All of the above implementations have considered feeding back the output of a given block cypher encoder to its input to provide what is, in effect, a sequence of random seeds for processing. To provide an added measure of security, the implementation of FIG. 4 is employed. In particular, with reference to FIG. 4, two block cypher encoders 450 and 455 are used as fundamental components to construct a cryptographically strong pseudo-random bit generator. In FIG. 4, a first block cypher encoder is depicted by element 450 and a second block cypher encoder is depicted by element 455; the permutation effected by each block cypher encoder is denoted F. The output of block cypher encoder 450 is connected to the input of block cypher encoder via bus 451. A first fixed random key k_{1}, provided by random key generator 440, serves as one input to block cypher encoder 450 via bus 441. A second fixed random key k_{2}, provided by random key generator 445, serves as one input to block cypher encoder 455 via bus 446. The other input to block cypher encoder is provided via bus 431 from an input register 430, which is shown as providing a set of bits denoted x_{i} on output bus 431. Input register 430 has two inputs, namely, the first seed x_{0} as provided by first seed generator 410 over bus 411, and the output of block encoder 455, denoted x_{i+1}, as provided by feedback bus 456. Input register 430 operates so that x_{i} is first assigned the value x_{0}, whereas any the subsequent value of x_{i} is provided by overwriting the last value of x_{i} with the updated value x_{i+1}. The input x_{i} to encoder 450 also serves as one input to inner product device 460, also via bus 431. In addition, inner product device 460 has as an input, via bus 421, the second seed h produced by second seed generator 420. In general, the length of the first and second seeds and the random keys k_{1} and k_{2} are the same. Inner product device 460 determines an inner product, represented by <x_{i},h>.tbd.b_{i}, as follows: (a) compute the bitwise AND of x_{i} with h; and (b) output as the inner product result the parity of all bits from the bitwise ANDing, that is, output a 0 if there are an even number of one bits, and a 1 if there are an odd number of one bits. Each b_{i} bit is sequentially provided on output lead 461.

It is clear to one with ordinary skill in the art that, because of the teachings with respect to the embodiment of FIG. 2, that seeds h^{1}, h^{2}, . . . in FIG. 3 or the seed h in FIG. 4 may be replaced by a plurality of seeds (e.g., for h^{1} →h_{1} ^{1},h_{2} ^{1}, . . . ) so that a multiple number of bits per inner product per cycle would be generated. It is also clear that the two-block encoder of FIG. 4 may be combined with the embodiments that teach a single block encoder to yield combined serial-parallel variations on the generation of streams of cryptographically strong pseudo-random output bits.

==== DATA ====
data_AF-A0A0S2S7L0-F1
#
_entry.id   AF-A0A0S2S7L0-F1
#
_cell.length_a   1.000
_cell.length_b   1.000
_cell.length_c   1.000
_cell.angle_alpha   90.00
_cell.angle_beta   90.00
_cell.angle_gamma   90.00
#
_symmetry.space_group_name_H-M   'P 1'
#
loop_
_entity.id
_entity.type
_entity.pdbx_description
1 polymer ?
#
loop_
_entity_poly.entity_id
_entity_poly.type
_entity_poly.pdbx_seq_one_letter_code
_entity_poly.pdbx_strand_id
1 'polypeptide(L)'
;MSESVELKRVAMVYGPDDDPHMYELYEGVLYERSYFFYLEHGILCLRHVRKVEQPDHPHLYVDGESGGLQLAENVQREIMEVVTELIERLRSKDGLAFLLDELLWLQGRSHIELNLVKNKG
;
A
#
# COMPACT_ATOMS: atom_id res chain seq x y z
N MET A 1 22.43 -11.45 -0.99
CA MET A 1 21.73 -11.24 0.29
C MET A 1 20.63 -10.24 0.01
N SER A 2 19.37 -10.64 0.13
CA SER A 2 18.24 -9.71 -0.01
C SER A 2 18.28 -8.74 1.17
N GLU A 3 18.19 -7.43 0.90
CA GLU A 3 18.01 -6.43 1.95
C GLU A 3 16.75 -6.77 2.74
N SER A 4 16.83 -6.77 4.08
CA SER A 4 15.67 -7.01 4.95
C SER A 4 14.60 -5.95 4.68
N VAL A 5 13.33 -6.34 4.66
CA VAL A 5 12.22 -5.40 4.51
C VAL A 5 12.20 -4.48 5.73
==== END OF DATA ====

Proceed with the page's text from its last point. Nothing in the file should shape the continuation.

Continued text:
Let G() designate a CSPR bit generator which, as in the foregoing section, takes as input strings x, k and h, where x and h are n bit strings. Let H() designate a CSPR function. G() will be used in order to compute H(). In fact, the inputs of G(), the strings x, k, and h, are together the function index of H(). Let the function input of H() be denoted d, an m bit string. For the sake of this description of H(), G() outputs a string of length 2 n. The first n bits are designated y_{--} 0 and the second n bits are y_{--} 1. Let bit (d,i) (which is shorthand notation for a bit pointer) be the i^{th} bit of function input. H(x,k,h,d) is computed as follows:

1. x_{--} 0=x.

2. for i=1 to m,

a. compute G(x_{--} (i-1),k,h)=y_{--} 0 y_{--} 1

b. if bit(d,i)=0, then x_{--} i=y_{--} 0, else if bit(d,i)=1, then x_{--} i=y_{--} 1

c. output x_{--} m.

The above technique for determining H(x,k,h,d) has been described with reference to the most basic generator G() as described with respect to FIG. 1. It is also clear that the other CSPR bit generators disclosed herein, such as represented by FIG. 2, 3 or 4, or combinations thereof, can be used to compute a CSPR function with only minor modifications to the above scheme.

It is to be understood that the above-described embodiment is simply illustrative of the principles in accordance with the present invention. Other embodiments may be readily devised by those skilled in the art which may embody the principles in spirit and scope. Thus, it is to be further understood that the circuit arrangements described herein are not limited to the specific forms shown by way of illustration, but may assume other embodiments limited only by the scope of the appended claims.

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Classifications

U.S. Classification | 380/46, 708/254, 380/29 |

International Classification | G06F7/58, H04L9/26, H04L9/06, G09C1/00, H04L9/22 |

Cooperative Classification | H04L9/0662, H04L2209/125 |

European Classification | H04L9/22 |